@Megan17, It seems you have gone a long time, really poorly without a diagnosis. If I do get diagnosed now, I think it will be unlikely as my symptoms really aren't severe. I hope you can get some relief.
     
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  9. charles shepherd

    charles shepherd Senior Member

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    Hi Maria

    Here is some good simple info on the Schirmer's (dry eyes) test:

    http://www.healthline.com/health/schirmers-test#Overview1

    It sounds as though one of your medical team needs to get this organised

    [​IMG]
     
  10. Maria1

    Maria1 Silence speaks volumes

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    Thanks @charles shepherd

    I'm expecting the Schirmer's test is what the Eye specialist will perform following my optician's referral.

    If not I'm half considering you-tubing a DIY test!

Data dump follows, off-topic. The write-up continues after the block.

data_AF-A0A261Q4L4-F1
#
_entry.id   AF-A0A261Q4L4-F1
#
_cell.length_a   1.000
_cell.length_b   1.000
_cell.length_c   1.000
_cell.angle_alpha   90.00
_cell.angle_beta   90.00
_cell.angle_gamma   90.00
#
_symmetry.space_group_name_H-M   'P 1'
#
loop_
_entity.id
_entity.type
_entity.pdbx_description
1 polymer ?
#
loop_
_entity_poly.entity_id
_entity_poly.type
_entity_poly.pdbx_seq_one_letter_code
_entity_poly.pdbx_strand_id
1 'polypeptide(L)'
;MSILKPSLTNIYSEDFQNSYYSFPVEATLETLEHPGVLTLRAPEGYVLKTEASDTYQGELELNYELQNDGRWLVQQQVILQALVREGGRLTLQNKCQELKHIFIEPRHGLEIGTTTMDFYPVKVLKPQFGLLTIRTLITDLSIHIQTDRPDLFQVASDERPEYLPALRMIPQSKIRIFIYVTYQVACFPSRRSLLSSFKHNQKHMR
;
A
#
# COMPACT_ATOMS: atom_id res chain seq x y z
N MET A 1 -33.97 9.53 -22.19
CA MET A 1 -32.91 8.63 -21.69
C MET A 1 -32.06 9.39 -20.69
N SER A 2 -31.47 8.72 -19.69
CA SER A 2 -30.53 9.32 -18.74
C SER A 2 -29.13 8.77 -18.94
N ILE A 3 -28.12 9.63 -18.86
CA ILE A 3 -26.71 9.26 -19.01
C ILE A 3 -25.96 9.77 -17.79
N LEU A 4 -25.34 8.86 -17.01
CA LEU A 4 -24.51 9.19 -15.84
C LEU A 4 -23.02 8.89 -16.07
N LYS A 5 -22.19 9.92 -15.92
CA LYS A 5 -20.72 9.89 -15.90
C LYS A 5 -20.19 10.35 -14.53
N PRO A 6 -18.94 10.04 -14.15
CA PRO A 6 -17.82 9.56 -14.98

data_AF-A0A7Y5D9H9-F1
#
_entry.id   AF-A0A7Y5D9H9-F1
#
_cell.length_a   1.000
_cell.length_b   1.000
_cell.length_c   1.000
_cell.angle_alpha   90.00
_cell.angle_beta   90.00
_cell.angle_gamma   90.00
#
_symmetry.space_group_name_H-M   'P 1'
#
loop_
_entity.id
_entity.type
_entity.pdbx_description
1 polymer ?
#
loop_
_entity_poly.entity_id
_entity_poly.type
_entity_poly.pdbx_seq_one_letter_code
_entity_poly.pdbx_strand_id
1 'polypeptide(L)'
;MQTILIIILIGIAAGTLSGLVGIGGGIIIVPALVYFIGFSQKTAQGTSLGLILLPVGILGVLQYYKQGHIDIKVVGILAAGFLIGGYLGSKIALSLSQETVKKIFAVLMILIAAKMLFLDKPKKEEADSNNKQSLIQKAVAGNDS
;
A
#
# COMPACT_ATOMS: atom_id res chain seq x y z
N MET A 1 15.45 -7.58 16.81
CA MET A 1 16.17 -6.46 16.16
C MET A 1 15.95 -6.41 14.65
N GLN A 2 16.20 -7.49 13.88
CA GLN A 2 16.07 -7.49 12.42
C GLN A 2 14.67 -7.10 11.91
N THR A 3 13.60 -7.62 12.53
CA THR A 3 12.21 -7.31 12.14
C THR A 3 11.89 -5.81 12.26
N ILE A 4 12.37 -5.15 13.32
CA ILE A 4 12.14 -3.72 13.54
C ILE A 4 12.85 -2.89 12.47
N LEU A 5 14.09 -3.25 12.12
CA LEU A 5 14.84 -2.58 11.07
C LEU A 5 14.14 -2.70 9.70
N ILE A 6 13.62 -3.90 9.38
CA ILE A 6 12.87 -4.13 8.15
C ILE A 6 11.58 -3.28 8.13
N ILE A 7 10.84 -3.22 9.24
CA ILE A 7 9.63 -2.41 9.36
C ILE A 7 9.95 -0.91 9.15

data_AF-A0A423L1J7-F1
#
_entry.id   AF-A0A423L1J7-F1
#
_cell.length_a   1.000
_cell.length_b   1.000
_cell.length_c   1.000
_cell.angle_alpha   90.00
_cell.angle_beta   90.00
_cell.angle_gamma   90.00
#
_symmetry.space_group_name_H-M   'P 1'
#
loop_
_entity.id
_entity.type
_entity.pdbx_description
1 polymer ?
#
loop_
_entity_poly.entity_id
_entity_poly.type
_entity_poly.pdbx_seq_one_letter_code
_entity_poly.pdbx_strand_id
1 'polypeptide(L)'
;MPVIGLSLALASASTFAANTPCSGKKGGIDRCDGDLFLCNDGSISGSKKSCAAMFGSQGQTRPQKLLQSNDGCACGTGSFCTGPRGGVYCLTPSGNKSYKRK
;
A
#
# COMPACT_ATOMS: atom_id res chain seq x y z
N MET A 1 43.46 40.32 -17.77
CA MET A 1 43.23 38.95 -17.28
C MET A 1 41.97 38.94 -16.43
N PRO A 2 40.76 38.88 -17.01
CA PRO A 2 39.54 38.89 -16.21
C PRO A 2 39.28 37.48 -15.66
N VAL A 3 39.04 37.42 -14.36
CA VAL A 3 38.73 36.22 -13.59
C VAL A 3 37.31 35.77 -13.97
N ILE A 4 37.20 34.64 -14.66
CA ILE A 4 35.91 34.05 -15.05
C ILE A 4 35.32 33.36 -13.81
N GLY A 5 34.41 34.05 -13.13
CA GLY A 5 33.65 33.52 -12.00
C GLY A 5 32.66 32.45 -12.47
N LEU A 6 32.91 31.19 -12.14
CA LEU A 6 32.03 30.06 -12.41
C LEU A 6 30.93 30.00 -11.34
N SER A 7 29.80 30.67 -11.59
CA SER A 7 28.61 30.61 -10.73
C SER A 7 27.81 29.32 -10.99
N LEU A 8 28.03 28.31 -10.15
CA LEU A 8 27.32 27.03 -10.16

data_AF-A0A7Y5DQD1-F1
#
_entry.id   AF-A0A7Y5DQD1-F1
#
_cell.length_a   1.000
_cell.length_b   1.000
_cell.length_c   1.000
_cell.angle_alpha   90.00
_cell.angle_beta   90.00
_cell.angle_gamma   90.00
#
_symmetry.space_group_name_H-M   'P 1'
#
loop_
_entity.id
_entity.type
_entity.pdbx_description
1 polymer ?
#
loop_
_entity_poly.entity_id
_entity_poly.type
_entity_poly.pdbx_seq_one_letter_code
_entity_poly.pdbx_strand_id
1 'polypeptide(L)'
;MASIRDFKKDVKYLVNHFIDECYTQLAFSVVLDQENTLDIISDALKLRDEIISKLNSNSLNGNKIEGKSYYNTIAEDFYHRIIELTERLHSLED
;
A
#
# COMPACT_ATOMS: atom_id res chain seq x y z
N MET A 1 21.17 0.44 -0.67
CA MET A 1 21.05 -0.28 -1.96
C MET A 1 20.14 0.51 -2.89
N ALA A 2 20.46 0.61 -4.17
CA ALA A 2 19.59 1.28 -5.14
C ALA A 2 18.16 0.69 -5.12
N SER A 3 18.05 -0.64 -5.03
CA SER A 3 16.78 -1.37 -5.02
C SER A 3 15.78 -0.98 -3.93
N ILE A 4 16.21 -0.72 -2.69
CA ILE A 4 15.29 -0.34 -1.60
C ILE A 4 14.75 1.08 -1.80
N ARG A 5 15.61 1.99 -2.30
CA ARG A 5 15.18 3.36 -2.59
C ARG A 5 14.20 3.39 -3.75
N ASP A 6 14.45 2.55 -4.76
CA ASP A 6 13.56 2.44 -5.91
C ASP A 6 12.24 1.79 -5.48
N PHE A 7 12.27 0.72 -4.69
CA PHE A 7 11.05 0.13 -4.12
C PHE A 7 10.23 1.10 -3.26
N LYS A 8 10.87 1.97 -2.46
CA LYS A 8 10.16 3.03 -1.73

11. Andielyn

    Andielyn Senior Member

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    Again, thanks for the education. I went to my opthalmologist for eye pain and sudden onset of blurry vision and was diagnosed with dry eye syndrome but without this test. I have been using drops and a personal humidifier. I also have hyertopia, which is new and a rapid onset. I suspected both were caused by Topomax for migraine prevention but stopping the med has not resolved my dry eyes or blurry vision.

    @Maria1 I hope you get some answers. Best of luck to you.
     
  12. Megan17

    Megan17

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    For the first five years I believe I suffered from PEM. It was quite scary (not telling you anything no doubt ) when one couldn't get out of bed for eg. two, three or more days, I used to think I hope this doesn't last forever .....I want to get back into living....such as it was, I have so much I want to do (don't we all?).